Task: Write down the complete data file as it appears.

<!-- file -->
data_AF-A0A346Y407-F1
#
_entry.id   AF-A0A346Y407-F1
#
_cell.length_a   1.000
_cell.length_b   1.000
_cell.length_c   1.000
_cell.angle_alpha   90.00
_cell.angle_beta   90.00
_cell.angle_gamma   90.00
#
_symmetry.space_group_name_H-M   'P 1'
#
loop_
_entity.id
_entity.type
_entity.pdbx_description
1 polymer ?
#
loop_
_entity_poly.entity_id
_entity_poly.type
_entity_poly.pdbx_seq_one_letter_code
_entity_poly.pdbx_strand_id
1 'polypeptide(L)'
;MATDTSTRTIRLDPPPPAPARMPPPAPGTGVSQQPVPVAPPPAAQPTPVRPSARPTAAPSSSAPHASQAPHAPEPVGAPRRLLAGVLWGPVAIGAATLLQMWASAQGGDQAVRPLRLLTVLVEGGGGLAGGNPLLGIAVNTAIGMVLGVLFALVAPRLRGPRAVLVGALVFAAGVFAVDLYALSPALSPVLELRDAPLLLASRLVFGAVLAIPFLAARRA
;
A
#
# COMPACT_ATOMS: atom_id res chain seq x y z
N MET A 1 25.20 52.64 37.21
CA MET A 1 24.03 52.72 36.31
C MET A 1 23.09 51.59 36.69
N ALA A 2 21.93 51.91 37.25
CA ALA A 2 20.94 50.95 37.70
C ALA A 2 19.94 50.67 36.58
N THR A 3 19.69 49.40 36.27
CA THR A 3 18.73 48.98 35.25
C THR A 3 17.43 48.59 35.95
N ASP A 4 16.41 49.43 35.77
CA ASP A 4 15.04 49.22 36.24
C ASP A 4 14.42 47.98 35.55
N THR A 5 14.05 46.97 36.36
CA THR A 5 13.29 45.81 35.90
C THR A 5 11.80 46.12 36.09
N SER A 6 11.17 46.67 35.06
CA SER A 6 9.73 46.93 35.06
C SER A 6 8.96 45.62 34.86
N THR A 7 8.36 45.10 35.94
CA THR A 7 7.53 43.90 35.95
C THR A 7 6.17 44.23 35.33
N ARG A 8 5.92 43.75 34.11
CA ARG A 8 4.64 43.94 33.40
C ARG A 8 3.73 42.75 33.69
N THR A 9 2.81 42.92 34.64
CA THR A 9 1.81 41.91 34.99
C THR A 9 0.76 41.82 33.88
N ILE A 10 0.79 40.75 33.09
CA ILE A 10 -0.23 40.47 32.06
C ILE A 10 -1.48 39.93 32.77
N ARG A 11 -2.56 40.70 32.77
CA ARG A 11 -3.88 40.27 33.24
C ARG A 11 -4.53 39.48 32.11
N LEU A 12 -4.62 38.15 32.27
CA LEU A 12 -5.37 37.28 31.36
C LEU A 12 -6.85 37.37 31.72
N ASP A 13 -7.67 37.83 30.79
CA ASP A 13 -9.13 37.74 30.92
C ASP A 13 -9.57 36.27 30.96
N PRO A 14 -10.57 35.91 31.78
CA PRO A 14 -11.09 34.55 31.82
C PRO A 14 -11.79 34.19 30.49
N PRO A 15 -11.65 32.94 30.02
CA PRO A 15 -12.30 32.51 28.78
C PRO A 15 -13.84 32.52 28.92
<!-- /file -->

data_AF-A0A346Y407-F1
#
_entry.id   AF-A0A346Y407-F1
#
_cell.length_a   1.000
_cell.length_b   1.000
_cell.length_c   1.000
_cell.angle_alpha   90.00
_cell.angle_beta   90.00
_cell.angle_gamma   90.00
#
_symmetry.space_group_name_H-M   'P 1'
#
loop_
_entity.id
_entity.type
_entity.pdbx_description
1 polymer ?
#
loop_
_entity_poly.entity_id
_entity_poly.type
_entity_poly.pdbx_seq_one_letter_code
_entity_poly.pdbx_strand_id
1 'polypeptide(L)'
;MATDTSTRTIRLDPPPPAPARMPPPAPGTGVSQQPVPVAPPPAAQPTPVRPSARPTAAPSSSAPHASQAPHAPEPVGAPRRLLAGVLWGPVAIGAATLLQMWASAQGGDQAVRPLRLLTVLVEGGGGLAGGNPLLGIAVNTAIGMVLGVLFALVAPRLRGPRAVLVGALVFAAGVFAVDLYALSPALSPVLELRDAPLLLASRLVFGAVLAIPFLAARRA
;
A
#
# COMPACT_ATOMS: atom_id res chain seq x y z
N MET A 1 25.20 52.64 37.21
CA MET A 1 24.03 52.72 36.31
C MET A 1 23.09 51.59 36.69
N ALA A 2 21.93 51.91 37.25
CA ALA A 2 20.94 50.95 37.70
C ALA A 2 19.94 50.67 36.58
N THR A 3 19.69 49.40 36.27
CA THR A 3 18.73 48.98 35.25
C THR A 3 17.43 48.59 35.95
N ASP A 4 16.41 49.43 35.77
CA ASP A 4 15.04 49.22 36.24
C ASP A 4 14.42 47.98 35.55
N THR A 5 14.05 46.97 36.36
CA THR A 5 13.29 45.81 35.90
C THR A 5 11.80 46.12 36.09
N SER A 6 11.17 46.67 35.06
CA SER A 6 9.73 46.93 35.06
C SER A 6 8.96 45.62 34.86
N THR A 7 8.36 45.10 35.94
CA THR A 7 7.53 43.90 35.95
C THR A 7 6.17 44.23 35.33
N ARG A 8 5.92 43.75 34.11
CA ARG A 8 4.64 43.94 33.40
C ARG A 8 3.73 42.75 33.69
N THR A 9 2.81 42.92 34.64
CA THR A 9 1.81 41.91 34.99
C THR A 9 0.76 41.82 33.88
N ILE A 10 0.79 40.75 33.09
CA ILE A 10 -0.23 40.47 32.06
C ILE A 10 -1.48 39.93 32.77
N ARG A 11 -2.56 40.70 32.77
CA ARG A 11 -3.88 40.27 33.24
C ARG A 11 -4.53 39.48 32.11
N LEU A 12 -4.62 38.15 32.27
CA LEU A 12 -5.37 37.28 31.36
C LEU A 12 -6.85 37.37 31.72
N ASP A 13 -7.67 37.83 30.79
CA ASP A 13 -9.13 37.74 30.92
C ASP A 13 -9.57 36.27 30.96
N PRO A 14 -10.57 35.91 31.78
CA PRO A 14 -11.09 34.55 31.82
C PRO A 14 -11.79 34.19 30.49
N PRO A 15 -11.65 32.94 30.02
CA PRO A 15 -12.30 32.51 28.78
C PRO A 15 -13.84 32.52 28.92